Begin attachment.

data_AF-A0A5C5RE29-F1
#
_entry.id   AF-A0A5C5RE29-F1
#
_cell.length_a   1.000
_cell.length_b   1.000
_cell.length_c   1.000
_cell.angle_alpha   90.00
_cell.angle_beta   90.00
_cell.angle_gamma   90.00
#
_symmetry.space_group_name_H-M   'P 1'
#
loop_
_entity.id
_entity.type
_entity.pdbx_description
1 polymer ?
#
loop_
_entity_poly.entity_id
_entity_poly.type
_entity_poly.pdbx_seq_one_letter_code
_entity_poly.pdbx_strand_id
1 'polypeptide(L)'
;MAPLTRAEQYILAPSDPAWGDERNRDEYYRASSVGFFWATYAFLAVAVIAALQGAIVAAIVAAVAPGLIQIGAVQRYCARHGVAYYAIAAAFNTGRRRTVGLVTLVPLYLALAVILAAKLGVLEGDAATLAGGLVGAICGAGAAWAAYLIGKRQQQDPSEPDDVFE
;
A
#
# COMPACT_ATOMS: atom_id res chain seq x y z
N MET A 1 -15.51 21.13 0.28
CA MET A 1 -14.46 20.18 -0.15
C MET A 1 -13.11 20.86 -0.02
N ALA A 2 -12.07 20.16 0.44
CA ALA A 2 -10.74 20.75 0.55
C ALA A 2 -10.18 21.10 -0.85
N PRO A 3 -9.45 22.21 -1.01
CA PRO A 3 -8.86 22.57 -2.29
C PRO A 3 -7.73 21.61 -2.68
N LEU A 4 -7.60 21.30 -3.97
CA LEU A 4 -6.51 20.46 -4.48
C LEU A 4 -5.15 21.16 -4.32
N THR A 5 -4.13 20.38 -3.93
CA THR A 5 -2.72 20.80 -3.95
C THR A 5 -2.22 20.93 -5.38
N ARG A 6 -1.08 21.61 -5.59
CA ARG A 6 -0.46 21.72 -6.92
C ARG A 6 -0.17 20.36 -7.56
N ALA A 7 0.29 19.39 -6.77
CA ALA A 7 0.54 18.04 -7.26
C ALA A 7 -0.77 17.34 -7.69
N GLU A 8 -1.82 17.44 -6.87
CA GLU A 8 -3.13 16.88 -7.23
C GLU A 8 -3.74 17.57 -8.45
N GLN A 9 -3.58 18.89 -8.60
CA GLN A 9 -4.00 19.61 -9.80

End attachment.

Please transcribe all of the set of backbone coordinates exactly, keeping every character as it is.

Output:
data_AF-A0A5C5RE29-F1
#
_entry.id   AF-A0A5C5RE29-F1
#
_cell.length_a   1.000
_cell.length_b   1.000
_cell.length_c   1.000
_cell.angle_alpha   90.00
_cell.angle_beta   90.00
_cell.angle_gamma   90.00
#
_symmetry.space_group_name_H-M   'P 1'
#
loop_
_entity.id
_entity.type
_entity.pdbx_description
1 polymer ?
#
loop_
_entity_poly.entity_id
_entity_poly.type
_entity_poly.pdbx_seq_one_letter_code
_entity_poly.pdbx_strand_id
1 'polypeptide(L)'
;MAPLTRAEQYILAPSDPAWGDERNRDEYYRASSVGFFWATYAFLAVAVIAALQGAIVAAIVAAVAPGLIQIGAVQRYCARHGVAYYAIAAAFNTGRRRTVGLVTLVPLYLALAVILAAKLGVLEGDAATLAGGLVGAICGAGAAWAAYLIGKRQQQDPSEPDDVFE
;
A
#
# COMPACT_ATOMS: atom_id res chain seq x y z
N MET A 1 -15.51 21.13 0.28
CA MET A 1 -14.46 20.18 -0.15
C MET A 1 -13.11 20.86 -0.02
N ALA A 2 -12.07 20.16 0.44
CA ALA A 2 -10.74 20.75 0.55
C ALA A 2 -10.18 21.10 -0.85
N PRO A 3 -9.45 22.21 -1.01
CA PRO A 3 -8.86 22.57 -2.29
C PRO A 3 -7.73 21.61 -2.68
N LEU A 4 -7.60 21.30 -3.97
CA LEU A 4 -6.51 20.46 -4.48
C LEU A 4 -5.15 21.16 -4.32
N THR A 5 -4.13 20.38 -3.93
CA THR A 5 -2.72 20.80 -3.95
C THR A 5 -2.22 20.93 -5.38
N ARG A 6 -1.08 21.61 -5.59
CA ARG A 6 -0.46 21.72 -6.92
C ARG A 6 -0.17 20.36 -7.56
N ALA A 7 0.29 19.39 -6.77
CA ALA A 7 0.54 18.04 -7.26
C ALA A 7 -0.77 17.34 -7.69
N GLU A 8 -1.82 17.44 -6.87
CA GLU A 8 -3.13 16.88 -7.23
C GLU A 8 -3.74 17.57 -8.45
N GLN A 9 -3.58 18.89 -8.60
CA GLN A 9 -4.00 19.61 -9.80